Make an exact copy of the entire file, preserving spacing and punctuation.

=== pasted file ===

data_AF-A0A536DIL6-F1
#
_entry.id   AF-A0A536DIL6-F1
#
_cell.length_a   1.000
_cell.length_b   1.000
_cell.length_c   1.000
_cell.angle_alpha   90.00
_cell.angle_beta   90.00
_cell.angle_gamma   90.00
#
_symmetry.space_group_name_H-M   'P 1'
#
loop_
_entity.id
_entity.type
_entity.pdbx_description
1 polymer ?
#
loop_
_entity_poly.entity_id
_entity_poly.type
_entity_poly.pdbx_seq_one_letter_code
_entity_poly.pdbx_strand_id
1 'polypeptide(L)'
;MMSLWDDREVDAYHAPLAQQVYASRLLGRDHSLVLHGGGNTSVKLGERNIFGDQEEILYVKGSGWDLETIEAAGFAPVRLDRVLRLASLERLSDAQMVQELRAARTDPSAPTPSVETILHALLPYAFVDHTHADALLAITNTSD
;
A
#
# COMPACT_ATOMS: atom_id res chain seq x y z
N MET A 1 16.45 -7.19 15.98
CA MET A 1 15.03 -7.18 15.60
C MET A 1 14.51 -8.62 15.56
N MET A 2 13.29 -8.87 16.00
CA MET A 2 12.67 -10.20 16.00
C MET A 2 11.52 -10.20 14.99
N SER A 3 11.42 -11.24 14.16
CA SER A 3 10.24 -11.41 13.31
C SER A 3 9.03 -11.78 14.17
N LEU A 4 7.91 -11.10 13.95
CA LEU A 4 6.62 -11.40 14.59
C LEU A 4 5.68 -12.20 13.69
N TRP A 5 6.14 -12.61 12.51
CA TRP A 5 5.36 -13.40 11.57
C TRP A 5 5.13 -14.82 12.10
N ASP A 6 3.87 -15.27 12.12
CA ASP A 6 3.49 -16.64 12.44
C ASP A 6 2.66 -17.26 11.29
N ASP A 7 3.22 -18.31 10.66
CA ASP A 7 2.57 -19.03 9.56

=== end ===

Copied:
data_AF-A0A536DIL6-F1
#
_entry.id   AF-A0A536DIL6-F1
#
_cell.length_a   1.000
_cell.length_b   1.000
_cell.length_c   1.000
_cell.angle_alpha   90.00
_cell.angle_beta   90.00
_cell.angle_gamma   90.00
#
_symmetry.space_group_name_H-M   'P 1'
#
loop_
_entity.id
_entity.type
_entity.pdbx_description
1 polymer ?
#
loop_
_entity_poly.entity_id
_entity_poly.type
_entity_poly.pdbx_seq_one_letter_code
_entity_poly.pdbx_strand_id
1 'polypeptide(L)'
;MMSLWDDREVDAYHAPLAQQVYASRLLGRDHSLVLHGGGNTSVKLGERNIFGDQEEILYVKGSGWDLETIEAAGFAPVRLDRVLRLASLERLSDAQMVQELRAARTDPSAPTPSVETILHALLPYAFVDHTHADALLAITNTSD
;
A
#
# COMPACT_ATOMS: atom_id res chain seq x y z
N MET A 1 16.45 -7.19 15.98
CA MET A 1 15.03 -7.18 15.60
C MET A 1 14.51 -8.62 15.56
N MET A 2 13.29 -8.87 16.00
CA MET A 2 12.67 -10.20 16.00
C MET A 2 11.52 -10.20 14.99
N SER A 3 11.42 -11.24 14.16
CA SER A 3 10.24 -11.41 13.31
C SER A 3 9.03 -11.78 14.17
N LEU A 4 7.91 -11.10 13.95
CA LEU A 4 6.62 -11.40 14.59
C LEU A 4 5.68 -12.20 13.69
N TRP A 5 6.14 -12.61 12.51
CA TRP A 5 5.36 -13.40 11.57
C TRP A 5 5.13 -14.82 12.10
N ASP A 6 3.87 -15.27 12.12
CA ASP A 6 3.49 -16.64 12.44
C ASP A 6 2.66 -17.26 11.29
N ASP A 7 3.22 -18.31 10.66
CA ASP A 7 2.57 -19.03 9.56